The Digital World - Experiences and insights from feminists in MENA

The Digital World - Experiences and insights from feminists in MENA

November 25th is International Day for the Elimination of Violence Against Women and Girls. This year, it comes one week after hundreds of thousands of intimate images of Irish women were released online without their consent or knowledge.

 

All types of violence practised offline are reflected online as yet another patriarchal space.

~ Hayat Mershad, Lebanon

Since early 2000, digital technologies have had continuously and rapidly changing implications for the way the world around us works. Technology has transformed how we interact socially, engage in public debates and political discourse, and organise and mobilise for social change – providing space and tools for innovation and new ways of working.

Since the pandemic halted our “normal” way of life, the use of digital platforms has considerably intensified, and so to have the risks for women using these platforms.

To delve into this a little deeper, we interviewed young feminist activists from the Middle East and North Africa (MENA) to highlight the experiences and aspirations of young women and feminist activists in the MENA region around digital spaces, safety, and rights.

 

Whenever women are more visible, they pay the price.

~ Maya Ammar, Lebanon

For context, the MENA region is characterised by deeply embedded patriarchal social norms and oppressive authoritarian regimes.

Women are confined to roles prescribed by those norms, their personal freedoms are constrained, and their participation in public spaces is restricted. So, digital platforms have emerged as an alternative space for women to overcome these restrictions, by facilitating their engagement in public debates and their ability to voice their demands and to have a stronger collective voice.

However, despite providing an alternative, the digital space reflects, or mirrors, the patriarchal social norms of the offline world that normalise violence and protect perpetrators. The digital space has also intensified existing inequalities and harmful norms and practices during the COVID-19 pandemic, leading to what has been dubbed a “pandemic of online gender-based violence”.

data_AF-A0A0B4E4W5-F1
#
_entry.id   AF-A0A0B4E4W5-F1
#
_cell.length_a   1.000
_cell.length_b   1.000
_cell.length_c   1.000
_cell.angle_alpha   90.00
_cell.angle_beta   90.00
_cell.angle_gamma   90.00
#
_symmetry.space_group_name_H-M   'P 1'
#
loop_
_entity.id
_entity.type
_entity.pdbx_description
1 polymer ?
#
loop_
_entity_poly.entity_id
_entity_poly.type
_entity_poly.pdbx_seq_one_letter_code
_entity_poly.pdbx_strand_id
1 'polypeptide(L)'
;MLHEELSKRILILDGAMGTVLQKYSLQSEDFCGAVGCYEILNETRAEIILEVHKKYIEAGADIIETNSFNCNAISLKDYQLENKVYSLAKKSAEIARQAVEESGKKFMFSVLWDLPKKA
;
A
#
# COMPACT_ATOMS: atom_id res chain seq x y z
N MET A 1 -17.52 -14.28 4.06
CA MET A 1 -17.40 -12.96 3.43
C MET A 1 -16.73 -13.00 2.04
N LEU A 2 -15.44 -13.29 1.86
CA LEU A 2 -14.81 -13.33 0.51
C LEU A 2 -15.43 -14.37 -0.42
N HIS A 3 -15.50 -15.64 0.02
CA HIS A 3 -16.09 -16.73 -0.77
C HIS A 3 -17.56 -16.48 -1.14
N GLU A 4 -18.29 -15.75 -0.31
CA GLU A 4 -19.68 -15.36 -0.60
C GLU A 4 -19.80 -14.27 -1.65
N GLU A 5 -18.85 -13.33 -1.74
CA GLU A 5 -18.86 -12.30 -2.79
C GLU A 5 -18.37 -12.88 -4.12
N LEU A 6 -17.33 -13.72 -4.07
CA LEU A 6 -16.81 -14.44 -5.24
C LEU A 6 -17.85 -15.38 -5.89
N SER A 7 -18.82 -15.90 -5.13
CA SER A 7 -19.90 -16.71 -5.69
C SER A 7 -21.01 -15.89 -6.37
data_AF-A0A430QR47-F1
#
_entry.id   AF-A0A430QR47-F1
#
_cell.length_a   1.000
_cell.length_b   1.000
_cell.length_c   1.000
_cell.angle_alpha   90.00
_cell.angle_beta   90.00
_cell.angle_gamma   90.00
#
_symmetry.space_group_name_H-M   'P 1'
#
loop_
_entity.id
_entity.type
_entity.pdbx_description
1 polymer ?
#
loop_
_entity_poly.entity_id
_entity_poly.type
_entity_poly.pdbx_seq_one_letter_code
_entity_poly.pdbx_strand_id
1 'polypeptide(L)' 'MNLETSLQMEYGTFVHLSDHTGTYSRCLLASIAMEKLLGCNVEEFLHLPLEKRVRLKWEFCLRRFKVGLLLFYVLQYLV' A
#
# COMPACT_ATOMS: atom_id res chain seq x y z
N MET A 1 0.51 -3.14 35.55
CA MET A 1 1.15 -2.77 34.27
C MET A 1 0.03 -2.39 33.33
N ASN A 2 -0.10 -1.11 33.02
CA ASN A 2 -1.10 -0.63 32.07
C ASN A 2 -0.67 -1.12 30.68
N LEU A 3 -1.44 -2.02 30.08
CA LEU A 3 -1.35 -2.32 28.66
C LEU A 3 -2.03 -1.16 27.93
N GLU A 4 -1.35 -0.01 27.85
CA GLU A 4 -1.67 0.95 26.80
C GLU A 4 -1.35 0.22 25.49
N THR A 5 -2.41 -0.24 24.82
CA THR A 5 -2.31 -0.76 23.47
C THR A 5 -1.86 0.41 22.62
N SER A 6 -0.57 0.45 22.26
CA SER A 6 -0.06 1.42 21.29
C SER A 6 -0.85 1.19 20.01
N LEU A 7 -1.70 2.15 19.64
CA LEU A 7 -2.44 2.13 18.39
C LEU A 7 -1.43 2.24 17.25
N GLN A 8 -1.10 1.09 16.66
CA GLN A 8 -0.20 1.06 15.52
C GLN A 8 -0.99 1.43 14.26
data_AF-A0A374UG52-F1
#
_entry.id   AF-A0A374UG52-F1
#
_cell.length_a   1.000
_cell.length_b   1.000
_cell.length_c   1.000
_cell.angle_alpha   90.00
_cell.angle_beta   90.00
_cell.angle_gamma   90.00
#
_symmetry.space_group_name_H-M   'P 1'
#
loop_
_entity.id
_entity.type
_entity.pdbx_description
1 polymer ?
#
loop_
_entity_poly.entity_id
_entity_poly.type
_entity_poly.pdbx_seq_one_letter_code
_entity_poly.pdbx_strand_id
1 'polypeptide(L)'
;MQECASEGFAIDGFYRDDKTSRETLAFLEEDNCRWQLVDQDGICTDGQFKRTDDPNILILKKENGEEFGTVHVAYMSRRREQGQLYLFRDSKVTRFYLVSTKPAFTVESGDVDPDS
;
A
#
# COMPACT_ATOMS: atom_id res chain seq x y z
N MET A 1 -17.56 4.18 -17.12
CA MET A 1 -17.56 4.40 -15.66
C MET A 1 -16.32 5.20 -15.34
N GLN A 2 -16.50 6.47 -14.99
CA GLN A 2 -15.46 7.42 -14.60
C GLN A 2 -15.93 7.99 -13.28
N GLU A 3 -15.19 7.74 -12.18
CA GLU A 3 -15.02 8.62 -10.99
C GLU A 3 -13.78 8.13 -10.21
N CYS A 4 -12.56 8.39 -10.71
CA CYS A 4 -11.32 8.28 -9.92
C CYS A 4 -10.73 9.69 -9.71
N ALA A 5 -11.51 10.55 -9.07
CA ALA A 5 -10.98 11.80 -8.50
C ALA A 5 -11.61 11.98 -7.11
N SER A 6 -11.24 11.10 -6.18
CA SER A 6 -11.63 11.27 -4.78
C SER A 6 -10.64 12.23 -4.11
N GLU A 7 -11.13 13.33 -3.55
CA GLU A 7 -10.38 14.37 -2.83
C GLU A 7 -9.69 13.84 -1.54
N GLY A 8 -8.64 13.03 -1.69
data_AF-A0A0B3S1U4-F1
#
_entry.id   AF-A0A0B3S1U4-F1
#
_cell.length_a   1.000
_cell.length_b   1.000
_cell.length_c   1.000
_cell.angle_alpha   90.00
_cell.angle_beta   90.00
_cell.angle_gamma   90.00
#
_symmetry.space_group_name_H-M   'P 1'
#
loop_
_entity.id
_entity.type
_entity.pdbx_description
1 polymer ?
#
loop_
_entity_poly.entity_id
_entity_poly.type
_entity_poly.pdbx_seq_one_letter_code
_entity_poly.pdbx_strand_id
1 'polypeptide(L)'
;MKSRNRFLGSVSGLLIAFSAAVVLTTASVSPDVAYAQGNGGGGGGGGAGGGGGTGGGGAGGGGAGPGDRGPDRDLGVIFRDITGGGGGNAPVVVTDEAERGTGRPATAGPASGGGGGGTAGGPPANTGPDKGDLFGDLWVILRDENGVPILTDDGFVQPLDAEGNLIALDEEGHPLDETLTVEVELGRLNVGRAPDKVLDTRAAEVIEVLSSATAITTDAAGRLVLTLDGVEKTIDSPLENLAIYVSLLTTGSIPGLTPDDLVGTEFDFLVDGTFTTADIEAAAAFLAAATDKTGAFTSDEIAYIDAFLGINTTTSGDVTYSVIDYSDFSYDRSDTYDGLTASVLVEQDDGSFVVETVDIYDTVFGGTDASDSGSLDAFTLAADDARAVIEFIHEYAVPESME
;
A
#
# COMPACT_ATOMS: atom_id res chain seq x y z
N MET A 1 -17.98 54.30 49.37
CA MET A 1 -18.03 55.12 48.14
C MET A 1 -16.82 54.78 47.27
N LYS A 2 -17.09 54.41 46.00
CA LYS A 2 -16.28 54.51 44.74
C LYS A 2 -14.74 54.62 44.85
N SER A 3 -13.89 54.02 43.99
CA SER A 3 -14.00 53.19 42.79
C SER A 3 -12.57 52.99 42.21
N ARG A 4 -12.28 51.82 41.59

To make matters even worse, state-sanctioned surveillance puts restrictions (and sometimes threats) on Internet users – creating further manifestations of systemic oppression and control over the way women represent or express themselves in digital spaces.

 

Digital technologies are a double-edged sword.

~ Suhair Faraj, OPT

Digital platforms have already proven to be a useful, accessible, and cost-effective tool for feminist and women’s rights organisations (WROs) in their work towards social change. When face-to-face communication and movement are restricted, such as in the Occupied Palestinian Territory (OPT) due to occupation and geographical fragmentation, or during the recent uprisings in Iraq and Lebanon, or yet again, during the COVID-19 pandemic, their work has been significantly facilitated by online tools and platforms. WROs have been able to sustain their work, reach more people, disseminate critical information, and continue responding to the needs of women and their communities.

These platforms, nevertheless, also open the door to individual and mass attacks against those organisations, the women involved, and the content itself.

 

The digital space is not a safe space, but it’s a brave one.

~ Lilav Ihsan, Iraq

Women’s rights and feminist movements have been a critical force for social change in MENA, but they face increased restrictions in a region where civic space is closing at a dangerous pace. Digital platforms have offered an alternative space for discussions, mutual learning and support, as well as solidarity and resistance through garnering collective power.

However, feminist activists regularly face violent attacks, threats and defamation campaigns whenever they are active online. They are often silenced when they express their opinions, engage in political debates, or speak out against violence and harassment.

So, while the digital space provides room for resistance and solidarity, it is also a tool in the hands of the oppressors.

Despite the constant risks associated with the digital space, it remains a public space that is constantly being claimed and reclaimed by women across the region – as is the actual world around us where women struggle to remain present and safe.

To find out more about the future of digital spaces for women in MENA – download the full report.

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